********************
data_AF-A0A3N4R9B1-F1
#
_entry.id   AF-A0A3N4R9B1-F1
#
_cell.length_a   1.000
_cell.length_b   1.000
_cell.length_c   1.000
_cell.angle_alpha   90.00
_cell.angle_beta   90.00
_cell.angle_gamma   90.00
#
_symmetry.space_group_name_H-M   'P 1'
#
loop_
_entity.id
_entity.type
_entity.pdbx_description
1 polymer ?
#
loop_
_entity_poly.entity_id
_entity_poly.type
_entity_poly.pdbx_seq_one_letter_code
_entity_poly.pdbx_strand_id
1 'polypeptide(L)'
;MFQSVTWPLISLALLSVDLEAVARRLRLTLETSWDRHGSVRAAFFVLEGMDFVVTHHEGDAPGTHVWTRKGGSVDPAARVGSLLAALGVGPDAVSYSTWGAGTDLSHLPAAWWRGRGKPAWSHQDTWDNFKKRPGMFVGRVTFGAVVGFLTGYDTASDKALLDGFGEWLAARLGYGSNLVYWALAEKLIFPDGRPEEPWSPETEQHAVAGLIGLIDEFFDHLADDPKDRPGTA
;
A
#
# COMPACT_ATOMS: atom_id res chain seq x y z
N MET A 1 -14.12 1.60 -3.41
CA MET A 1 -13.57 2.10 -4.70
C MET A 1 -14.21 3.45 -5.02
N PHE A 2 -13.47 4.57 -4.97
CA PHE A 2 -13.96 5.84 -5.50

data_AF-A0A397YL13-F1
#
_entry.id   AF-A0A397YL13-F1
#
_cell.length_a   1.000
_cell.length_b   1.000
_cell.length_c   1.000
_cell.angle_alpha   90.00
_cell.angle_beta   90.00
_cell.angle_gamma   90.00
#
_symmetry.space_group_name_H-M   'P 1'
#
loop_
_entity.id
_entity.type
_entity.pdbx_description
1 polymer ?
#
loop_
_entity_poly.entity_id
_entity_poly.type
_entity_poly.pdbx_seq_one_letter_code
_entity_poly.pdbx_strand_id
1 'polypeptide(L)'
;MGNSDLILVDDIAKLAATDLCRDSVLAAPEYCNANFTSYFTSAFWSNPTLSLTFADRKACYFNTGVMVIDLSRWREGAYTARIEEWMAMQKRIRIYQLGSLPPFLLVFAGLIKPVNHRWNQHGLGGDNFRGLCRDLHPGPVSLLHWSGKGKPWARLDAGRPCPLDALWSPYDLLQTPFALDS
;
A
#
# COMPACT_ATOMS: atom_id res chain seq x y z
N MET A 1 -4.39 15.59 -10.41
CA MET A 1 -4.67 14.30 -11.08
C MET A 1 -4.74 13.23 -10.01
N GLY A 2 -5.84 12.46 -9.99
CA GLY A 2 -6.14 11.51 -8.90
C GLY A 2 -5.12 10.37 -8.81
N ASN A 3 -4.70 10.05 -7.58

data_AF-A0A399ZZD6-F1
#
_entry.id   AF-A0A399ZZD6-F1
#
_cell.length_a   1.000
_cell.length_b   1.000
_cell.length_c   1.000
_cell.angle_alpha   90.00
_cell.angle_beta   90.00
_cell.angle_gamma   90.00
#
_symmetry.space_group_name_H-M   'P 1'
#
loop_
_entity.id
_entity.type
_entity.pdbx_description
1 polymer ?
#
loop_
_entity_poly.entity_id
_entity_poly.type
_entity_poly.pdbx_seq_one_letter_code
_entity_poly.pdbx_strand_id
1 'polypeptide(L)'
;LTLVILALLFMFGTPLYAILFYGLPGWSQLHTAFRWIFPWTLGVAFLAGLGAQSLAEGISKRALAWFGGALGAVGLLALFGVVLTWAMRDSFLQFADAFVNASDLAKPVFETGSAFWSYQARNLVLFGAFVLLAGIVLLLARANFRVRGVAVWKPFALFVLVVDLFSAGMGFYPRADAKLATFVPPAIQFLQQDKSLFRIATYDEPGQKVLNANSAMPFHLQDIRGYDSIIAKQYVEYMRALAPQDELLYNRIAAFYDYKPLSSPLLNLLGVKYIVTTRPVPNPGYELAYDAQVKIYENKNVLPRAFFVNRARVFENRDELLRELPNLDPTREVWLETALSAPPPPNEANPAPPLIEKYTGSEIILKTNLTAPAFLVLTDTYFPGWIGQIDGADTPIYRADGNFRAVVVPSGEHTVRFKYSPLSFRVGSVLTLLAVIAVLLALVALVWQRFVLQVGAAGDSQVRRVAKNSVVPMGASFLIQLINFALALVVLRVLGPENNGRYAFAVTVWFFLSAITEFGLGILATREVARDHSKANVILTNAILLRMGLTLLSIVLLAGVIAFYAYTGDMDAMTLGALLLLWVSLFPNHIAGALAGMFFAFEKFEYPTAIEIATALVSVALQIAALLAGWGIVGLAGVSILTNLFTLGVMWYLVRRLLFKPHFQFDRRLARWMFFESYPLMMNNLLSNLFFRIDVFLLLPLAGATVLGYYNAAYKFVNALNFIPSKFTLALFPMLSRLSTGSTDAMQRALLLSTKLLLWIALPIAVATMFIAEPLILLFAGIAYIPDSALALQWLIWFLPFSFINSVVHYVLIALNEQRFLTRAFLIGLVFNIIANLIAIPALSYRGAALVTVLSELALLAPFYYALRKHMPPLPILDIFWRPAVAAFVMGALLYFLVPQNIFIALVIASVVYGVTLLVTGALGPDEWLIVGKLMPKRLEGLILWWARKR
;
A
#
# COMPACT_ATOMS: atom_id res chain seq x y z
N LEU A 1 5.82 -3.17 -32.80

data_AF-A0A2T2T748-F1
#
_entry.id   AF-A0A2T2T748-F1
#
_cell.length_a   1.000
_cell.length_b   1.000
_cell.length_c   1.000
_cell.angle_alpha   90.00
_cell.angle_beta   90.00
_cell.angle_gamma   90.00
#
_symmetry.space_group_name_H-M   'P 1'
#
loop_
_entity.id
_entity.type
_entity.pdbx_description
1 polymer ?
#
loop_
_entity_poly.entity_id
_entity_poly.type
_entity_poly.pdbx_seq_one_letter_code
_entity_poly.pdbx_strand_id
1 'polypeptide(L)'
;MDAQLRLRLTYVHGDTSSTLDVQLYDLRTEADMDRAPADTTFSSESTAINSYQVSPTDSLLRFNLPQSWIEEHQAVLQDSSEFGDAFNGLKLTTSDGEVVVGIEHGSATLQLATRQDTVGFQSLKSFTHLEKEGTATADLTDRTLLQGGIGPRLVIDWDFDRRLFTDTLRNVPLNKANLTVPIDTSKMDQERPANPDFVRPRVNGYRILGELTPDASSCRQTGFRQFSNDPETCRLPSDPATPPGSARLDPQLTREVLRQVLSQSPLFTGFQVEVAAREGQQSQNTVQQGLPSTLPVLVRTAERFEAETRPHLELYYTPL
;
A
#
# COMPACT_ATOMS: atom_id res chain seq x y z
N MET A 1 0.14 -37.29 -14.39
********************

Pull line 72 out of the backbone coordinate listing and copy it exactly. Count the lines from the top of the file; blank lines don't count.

N ASN A 3 -4.70 10.05 -7.58